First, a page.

One of France Telecom's cable laying ships had to be abandoned last week after catching fire. The incident should serve as a reminder to us all just how fragile modern communications can really be, and of the physical aspect of 'wireless' communication.
The Charmarel is one of FT's six cable laying vessels, and some 58 crew were forced to quit it when the fire broke out last Wednesday. The ship was in the Atlantic near the coast of Namibia, which likely led to the happy outcome of all crew being rescued by a local fishing vessel - crucially completely unharmed. Charmarel was returning from repairing the Sat3-Safe cable, and Thierry Bonhomme, senior executive vice president of networks and carriers, and R&D, says all subsea cables in the area are unaffected by the incident.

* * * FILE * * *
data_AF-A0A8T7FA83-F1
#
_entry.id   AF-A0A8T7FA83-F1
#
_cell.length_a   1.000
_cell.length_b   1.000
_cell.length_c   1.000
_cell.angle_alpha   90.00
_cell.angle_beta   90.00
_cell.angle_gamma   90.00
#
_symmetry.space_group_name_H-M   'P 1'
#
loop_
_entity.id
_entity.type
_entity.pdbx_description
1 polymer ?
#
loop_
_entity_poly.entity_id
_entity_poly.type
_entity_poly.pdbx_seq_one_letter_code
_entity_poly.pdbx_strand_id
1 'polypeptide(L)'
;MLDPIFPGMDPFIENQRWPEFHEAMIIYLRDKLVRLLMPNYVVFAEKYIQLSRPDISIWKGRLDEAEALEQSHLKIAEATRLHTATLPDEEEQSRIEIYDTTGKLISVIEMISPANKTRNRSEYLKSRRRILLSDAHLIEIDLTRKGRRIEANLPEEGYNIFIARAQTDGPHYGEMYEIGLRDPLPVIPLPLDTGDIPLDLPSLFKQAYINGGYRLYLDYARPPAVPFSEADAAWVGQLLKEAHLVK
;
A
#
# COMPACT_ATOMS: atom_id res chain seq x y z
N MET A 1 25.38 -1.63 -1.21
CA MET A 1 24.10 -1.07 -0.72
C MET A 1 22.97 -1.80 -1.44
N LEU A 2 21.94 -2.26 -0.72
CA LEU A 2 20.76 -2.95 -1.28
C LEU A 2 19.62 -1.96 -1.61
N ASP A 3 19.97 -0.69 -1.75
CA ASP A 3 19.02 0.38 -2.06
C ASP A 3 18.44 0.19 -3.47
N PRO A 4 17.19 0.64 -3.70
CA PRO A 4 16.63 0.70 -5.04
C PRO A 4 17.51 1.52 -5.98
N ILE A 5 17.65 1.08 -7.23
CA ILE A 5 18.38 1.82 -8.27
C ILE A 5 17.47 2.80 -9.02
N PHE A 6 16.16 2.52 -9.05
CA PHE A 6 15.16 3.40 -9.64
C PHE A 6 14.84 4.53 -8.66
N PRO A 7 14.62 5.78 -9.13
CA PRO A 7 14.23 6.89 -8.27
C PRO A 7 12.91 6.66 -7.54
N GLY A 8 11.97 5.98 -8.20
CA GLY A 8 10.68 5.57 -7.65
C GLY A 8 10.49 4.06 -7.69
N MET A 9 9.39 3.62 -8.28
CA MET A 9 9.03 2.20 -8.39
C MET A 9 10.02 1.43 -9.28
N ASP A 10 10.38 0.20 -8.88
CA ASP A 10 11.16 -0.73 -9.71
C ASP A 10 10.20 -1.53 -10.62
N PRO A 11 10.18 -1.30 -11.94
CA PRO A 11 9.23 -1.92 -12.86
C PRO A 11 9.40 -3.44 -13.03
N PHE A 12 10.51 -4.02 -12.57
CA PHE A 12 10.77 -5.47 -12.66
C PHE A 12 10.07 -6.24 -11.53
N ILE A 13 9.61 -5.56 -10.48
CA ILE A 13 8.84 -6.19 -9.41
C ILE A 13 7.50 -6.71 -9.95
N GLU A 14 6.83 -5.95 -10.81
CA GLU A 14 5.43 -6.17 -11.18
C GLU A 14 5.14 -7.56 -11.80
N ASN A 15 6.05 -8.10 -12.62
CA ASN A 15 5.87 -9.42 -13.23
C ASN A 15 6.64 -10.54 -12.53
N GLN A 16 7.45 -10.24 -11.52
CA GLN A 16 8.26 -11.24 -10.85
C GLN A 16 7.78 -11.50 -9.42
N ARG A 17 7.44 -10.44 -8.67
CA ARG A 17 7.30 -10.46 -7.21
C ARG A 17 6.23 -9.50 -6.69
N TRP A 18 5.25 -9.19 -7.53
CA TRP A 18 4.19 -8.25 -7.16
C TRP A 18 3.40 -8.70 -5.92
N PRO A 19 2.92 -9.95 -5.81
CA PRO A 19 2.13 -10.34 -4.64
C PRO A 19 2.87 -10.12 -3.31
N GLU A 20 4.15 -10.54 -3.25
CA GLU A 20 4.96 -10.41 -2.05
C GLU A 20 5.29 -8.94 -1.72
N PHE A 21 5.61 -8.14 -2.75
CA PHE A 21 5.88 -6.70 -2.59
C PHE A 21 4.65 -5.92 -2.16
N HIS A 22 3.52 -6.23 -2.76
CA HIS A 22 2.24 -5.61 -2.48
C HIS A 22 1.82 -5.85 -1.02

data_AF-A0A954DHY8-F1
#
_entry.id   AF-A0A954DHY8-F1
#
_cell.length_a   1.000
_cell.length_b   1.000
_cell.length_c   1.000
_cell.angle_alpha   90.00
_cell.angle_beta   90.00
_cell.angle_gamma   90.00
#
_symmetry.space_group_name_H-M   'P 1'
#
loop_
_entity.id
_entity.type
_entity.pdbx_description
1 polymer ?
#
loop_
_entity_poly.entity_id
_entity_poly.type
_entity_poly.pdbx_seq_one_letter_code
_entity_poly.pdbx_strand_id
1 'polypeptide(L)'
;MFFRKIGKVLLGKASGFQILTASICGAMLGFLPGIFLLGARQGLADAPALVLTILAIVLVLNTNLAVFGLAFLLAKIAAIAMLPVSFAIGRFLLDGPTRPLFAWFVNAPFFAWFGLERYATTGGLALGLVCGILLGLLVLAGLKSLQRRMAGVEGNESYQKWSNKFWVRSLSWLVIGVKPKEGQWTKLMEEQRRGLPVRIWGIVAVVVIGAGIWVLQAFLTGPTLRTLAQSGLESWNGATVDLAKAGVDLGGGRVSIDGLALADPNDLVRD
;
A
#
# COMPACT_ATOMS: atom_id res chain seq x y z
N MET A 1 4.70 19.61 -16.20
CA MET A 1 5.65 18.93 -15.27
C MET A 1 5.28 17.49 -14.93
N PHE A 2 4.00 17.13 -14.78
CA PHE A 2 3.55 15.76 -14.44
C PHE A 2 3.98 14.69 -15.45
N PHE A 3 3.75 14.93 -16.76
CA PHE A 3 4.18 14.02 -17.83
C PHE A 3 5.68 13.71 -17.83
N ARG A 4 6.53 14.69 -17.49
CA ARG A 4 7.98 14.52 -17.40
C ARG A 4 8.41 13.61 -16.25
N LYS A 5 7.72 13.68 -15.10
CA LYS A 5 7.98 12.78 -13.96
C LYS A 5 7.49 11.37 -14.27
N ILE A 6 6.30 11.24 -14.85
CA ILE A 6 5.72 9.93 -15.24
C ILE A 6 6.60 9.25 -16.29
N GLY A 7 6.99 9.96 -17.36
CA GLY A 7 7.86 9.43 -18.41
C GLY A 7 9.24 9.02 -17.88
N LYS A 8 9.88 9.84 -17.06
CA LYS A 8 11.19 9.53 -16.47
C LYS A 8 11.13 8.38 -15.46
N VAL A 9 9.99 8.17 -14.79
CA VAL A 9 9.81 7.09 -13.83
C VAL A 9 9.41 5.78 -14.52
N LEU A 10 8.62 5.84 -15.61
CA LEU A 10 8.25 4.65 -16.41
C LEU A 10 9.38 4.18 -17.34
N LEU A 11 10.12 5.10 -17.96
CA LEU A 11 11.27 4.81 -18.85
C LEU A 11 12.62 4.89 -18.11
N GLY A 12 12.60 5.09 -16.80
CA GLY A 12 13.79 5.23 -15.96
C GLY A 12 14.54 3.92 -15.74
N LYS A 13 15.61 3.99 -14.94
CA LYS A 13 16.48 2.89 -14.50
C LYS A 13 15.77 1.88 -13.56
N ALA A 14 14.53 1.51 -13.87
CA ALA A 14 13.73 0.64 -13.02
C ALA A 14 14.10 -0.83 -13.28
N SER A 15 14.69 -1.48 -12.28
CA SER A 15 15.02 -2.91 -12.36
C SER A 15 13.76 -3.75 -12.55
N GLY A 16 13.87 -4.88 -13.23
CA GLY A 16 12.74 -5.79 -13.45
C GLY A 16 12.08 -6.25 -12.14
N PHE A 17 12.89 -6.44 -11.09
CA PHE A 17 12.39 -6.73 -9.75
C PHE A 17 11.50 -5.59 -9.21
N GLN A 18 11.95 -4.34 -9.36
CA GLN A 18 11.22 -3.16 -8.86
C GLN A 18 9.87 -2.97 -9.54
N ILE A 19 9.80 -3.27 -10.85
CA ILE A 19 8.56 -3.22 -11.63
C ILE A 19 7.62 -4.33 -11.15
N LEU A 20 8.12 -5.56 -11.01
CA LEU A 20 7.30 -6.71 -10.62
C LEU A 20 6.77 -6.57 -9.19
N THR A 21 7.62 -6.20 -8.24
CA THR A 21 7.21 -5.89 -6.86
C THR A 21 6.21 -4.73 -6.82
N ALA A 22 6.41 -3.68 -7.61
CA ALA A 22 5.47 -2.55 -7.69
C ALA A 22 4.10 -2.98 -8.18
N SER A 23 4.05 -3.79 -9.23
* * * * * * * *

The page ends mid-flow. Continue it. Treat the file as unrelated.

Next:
Bonhomme says a full investigation is now underway, and that other scheduled maintenance will continue as planned. I guess they just need to shuffle the other five ships in the fleet to do that.
The main point, though, is how a simple ship failure could have major consequences for our communication systems. There's few details what repairs were being made to the cable, but we should be grateful the ship was on the return leg rather than en-route to carry out the work. The cable is a major link between Europe, Africa and Asia Pacific (it starts in Portugal and finishes in Malaysia), and is considered an important link for Africa, where the bulk of landing points are located and because it is largely funded by African countries (meaning they get a much-needed share of the profits).
Of course it's more important that no-one lost their life during the fire, but let's not forget the huge physical effort that goes into powering our modern lives.